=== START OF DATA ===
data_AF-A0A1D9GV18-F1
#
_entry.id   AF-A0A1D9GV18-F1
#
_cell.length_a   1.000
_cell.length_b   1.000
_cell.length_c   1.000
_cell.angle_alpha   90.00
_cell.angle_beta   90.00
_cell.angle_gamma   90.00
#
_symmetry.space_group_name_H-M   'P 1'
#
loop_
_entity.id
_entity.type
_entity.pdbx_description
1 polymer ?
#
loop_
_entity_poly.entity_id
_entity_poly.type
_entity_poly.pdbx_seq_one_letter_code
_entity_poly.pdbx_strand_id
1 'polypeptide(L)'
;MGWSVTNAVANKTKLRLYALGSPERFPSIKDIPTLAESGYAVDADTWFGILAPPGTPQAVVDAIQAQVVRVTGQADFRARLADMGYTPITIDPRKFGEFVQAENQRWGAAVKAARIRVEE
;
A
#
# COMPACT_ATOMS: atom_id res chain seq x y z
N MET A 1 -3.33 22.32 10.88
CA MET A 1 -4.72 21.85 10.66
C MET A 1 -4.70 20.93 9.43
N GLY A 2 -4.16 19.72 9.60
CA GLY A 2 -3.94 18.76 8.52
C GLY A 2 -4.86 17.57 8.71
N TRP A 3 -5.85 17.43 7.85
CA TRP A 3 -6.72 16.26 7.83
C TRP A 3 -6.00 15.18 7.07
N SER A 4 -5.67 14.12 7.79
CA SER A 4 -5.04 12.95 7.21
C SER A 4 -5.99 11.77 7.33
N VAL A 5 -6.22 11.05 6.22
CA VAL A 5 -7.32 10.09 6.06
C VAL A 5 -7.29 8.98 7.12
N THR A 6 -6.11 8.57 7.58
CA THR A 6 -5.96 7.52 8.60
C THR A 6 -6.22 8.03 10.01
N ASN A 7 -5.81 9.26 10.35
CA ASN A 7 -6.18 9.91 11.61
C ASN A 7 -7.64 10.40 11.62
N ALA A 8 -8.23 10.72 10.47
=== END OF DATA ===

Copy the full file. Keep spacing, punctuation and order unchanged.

data_AF-A0A1D9GV18-F1
#
_entry.id   AF-A0A1D9GV18-F1
#
_cell.length_a   1.000
_cell.length_b   1.000
_cell.length_c   1.000
_cell.angle_alpha   90.00
_cell.angle_beta   90.00
_cell.angle_gamma   90.00
#
_symmetry.space_group_name_H-M   'P 1'
#
loop_
_entity.id
_entity.type
_entity.pdbx_description
1 polymer ?
#
loop_
_entity_poly.entity_id
_entity_poly.type
_entity_poly.pdbx_seq_one_letter_code
_entity_poly.pdbx_strand_id
1 'polypeptide(L)'
;MGWSVTNAVANKTKLRLYALGSPERFPSIKDIPTLAESGYAVDADTWFGILAPPGTPQAVVDAIQAQVVRVTGQADFRARLADMGYTPITIDPRKFGEFVQAENQRWGAAVKAARIRVEE
;
A
#
# COMPACT_ATOMS: atom_id res chain seq x y z
N MET A 1 -3.33 22.32 10.88
CA MET A 1 -4.72 21.85 10.66
C MET A 1 -4.70 20.93 9.43
N GLY A 2 -4.16 19.72 9.60
CA GLY A 2 -3.94 18.76 8.52
C GLY A 2 -4.86 17.57 8.71
N TRP A 3 -5.85 17.43 7.85
CA TRP A 3 -6.72 16.26 7.83
C TRP A 3 -6.00 15.18 7.07
N SER A 4 -5.67 14.12 7.79
CA SER A 4 -5.04 12.95 7.21
C SER A 4 -5.99 11.77 7.33
N VAL A 5 -6.22 11.05 6.22
CA VAL A 5 -7.32 10.09 6.06
C VAL A 5 -7.29 8.98 7.12
N THR A 6 -6.11 8.57 7.58
CA THR A 6 -5.96 7.52 8.60
C THR A 6 -6.22 8.03 10.01
N ASN A 7 -5.81 9.26 10.35
CA ASN A 7 -6.18 9.91 11.61
C ASN A 7 -7.64 10.40 11.62
N ALA A 8 -8.23 10.72 10.47